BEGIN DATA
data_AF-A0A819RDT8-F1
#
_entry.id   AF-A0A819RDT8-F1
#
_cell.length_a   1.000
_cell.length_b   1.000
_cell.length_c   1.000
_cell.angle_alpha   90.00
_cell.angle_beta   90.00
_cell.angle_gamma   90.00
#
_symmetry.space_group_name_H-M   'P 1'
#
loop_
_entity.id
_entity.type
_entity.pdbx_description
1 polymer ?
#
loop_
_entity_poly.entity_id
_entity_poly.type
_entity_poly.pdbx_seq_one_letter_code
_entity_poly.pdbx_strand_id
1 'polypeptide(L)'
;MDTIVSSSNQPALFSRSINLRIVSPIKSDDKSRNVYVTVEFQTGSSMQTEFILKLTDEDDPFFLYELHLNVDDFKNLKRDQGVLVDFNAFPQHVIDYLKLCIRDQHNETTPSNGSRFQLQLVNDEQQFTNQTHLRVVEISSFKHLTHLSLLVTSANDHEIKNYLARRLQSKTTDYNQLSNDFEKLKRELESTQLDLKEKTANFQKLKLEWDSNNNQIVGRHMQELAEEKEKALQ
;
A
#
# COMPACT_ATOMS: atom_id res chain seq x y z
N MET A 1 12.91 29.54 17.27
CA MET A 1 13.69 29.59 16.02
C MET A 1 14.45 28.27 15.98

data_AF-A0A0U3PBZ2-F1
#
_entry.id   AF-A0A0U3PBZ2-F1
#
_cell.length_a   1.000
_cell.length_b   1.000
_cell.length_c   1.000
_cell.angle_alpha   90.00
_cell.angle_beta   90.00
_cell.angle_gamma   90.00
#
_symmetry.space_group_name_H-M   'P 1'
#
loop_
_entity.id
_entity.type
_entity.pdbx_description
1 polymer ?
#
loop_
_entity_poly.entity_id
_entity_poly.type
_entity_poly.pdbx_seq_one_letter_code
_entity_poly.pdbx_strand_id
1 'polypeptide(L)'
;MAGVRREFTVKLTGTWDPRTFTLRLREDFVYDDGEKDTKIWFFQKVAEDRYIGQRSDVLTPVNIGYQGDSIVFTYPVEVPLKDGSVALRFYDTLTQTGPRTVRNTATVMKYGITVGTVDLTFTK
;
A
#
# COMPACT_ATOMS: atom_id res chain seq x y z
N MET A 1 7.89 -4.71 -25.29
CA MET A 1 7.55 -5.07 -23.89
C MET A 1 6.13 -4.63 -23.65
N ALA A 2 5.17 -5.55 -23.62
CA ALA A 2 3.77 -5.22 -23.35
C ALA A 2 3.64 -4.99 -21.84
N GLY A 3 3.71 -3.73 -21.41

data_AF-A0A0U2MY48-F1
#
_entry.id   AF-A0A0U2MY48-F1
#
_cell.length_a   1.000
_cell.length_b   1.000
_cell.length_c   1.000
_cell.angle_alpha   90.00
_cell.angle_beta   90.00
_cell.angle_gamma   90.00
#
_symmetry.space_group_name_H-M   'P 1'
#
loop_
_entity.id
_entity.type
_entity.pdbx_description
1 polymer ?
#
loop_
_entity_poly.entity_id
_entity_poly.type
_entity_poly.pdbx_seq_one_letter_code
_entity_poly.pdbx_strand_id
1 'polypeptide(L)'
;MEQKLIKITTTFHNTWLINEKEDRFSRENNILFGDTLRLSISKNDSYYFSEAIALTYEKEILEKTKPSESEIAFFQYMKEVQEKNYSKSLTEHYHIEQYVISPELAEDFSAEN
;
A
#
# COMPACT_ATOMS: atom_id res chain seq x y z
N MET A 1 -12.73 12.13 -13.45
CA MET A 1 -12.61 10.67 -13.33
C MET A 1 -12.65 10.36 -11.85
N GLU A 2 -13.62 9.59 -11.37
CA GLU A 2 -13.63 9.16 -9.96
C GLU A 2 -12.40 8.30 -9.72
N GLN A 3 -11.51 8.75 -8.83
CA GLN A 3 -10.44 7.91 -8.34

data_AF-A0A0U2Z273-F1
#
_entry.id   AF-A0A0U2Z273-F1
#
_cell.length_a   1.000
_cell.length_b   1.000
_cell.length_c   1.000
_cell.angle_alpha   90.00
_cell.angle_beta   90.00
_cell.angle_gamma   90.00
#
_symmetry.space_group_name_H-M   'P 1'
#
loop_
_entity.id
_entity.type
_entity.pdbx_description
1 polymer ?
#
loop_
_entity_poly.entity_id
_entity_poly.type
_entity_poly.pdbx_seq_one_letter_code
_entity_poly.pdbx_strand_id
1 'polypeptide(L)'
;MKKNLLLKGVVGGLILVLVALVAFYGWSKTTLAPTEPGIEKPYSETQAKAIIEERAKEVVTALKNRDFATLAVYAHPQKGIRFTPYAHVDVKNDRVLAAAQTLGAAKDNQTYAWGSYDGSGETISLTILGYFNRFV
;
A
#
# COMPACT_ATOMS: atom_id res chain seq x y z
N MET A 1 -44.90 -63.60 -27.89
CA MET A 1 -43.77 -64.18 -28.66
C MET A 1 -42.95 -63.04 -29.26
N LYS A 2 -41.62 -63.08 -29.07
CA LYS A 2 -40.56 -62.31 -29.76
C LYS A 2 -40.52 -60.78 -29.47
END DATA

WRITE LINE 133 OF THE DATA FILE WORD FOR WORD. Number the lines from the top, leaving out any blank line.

1 'polypeptide(L)'